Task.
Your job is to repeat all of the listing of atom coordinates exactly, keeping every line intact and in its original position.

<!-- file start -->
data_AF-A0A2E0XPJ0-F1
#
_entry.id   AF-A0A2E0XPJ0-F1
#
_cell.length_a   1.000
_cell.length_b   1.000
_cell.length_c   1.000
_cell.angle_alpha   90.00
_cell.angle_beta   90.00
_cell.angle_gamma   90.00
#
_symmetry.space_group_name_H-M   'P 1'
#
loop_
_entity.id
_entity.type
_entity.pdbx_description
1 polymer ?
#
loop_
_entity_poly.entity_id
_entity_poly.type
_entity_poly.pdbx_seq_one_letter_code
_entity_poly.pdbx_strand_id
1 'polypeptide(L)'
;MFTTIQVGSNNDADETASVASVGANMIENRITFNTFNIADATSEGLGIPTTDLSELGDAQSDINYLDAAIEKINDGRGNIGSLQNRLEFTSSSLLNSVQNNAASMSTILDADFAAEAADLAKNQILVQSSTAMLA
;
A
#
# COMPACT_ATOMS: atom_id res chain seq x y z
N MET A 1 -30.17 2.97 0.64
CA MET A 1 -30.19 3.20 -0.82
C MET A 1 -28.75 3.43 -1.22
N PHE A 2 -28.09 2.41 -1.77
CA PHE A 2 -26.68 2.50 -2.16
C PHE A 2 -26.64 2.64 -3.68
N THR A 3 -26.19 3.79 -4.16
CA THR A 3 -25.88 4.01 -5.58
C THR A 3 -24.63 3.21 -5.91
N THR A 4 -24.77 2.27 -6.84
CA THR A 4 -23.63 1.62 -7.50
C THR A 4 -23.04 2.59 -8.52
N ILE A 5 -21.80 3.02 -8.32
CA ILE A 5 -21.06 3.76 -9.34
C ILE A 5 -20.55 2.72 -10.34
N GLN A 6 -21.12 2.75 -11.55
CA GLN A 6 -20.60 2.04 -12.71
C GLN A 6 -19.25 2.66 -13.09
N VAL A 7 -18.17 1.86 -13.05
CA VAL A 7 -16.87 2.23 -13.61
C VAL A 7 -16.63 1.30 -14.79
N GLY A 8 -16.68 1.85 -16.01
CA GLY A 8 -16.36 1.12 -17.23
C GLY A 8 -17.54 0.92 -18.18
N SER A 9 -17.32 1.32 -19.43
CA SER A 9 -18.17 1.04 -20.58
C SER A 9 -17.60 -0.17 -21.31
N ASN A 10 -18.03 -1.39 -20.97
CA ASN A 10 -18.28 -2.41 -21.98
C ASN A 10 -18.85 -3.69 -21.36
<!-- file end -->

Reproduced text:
data_AF-A0A2E0XPJ0-F1
#
_entry.id   AF-A0A2E0XPJ0-F1
#
_cell.length_a   1.000
_cell.length_b   1.000
_cell.length_c   1.000
_cell.angle_alpha   90.00
_cell.angle_beta   90.00
_cell.angle_gamma   90.00
#
_symmetry.space_group_name_H-M   'P 1'
#
loop_
_entity.id
_entity.type
_entity.pdbx_description
1 polymer ?
#
loop_
_entity_poly.entity_id
_entity_poly.type
_entity_poly.pdbx_seq_one_letter_code
_entity_poly.pdbx_strand_id
1 'polypeptide(L)'
;MFTTIQVGSNNDADETASVASVGANMIENRITFNTFNIADATSEGLGIPTTDLSELGDAQSDINYLDAAIEKINDGRGNIGSLQNRLEFTSSSLLNSVQNNAASMSTILDADFAAEAADLAKNQILVQSSTAMLA
;
A
#
# COMPACT_ATOMS: atom_id res chain seq x y z
N MET A 1 -30.17 2.97 0.64
CA MET A 1 -30.19 3.20 -0.82
C MET A 1 -28.75 3.43 -1.22
N PHE A 2 -28.09 2.41 -1.77
CA PHE A 2 -26.68 2.50 -2.16
C PHE A 2 -26.64 2.64 -3.68
N THR A 3 -26.19 3.79 -4.16
CA THR A 3 -25.88 4.01 -5.58
C THR A 3 -24.63 3.21 -5.91
N THR A 4 -24.77 2.27 -6.84
CA THR A 4 -23.63 1.62 -7.50
C THR A 4 -23.04 2.59 -8.52
N ILE A 5 -21.80 3.02 -8.32
CA ILE A 5 -21.06 3.76 -9.34
C ILE A 5 -20.55 2.72 -10.34
N GLN A 6 -21.12 2.75 -11.55
CA GLN A 6 -20.60 2.04 -12.71
C GLN A 6 -19.25 2.66 -13.09
N VAL A 7 -18.17 1.86 -13.05
CA VAL A 7 -16.87 2.23 -13.61
C VAL A 7 -16.63 1.30 -14.79
N GLY A 8 -16.68 1.85 -16.01
CA GLY A 8 -16.36 1.12 -17.23
C GLY A 8 -17.54 0.92 -18.18
N SER A 9 -17.32 1.32 -19.43
CA SER A 9 -18.17 1.04 -20.58
C SER A 9 -17.60 -0.17 -21.31
N ASN A 10 -18.03 -1.39 -20.97
CA ASN A 10 -18.28 -2.41 -21.98
C ASN A 10 -18.85 -3.69 -21.36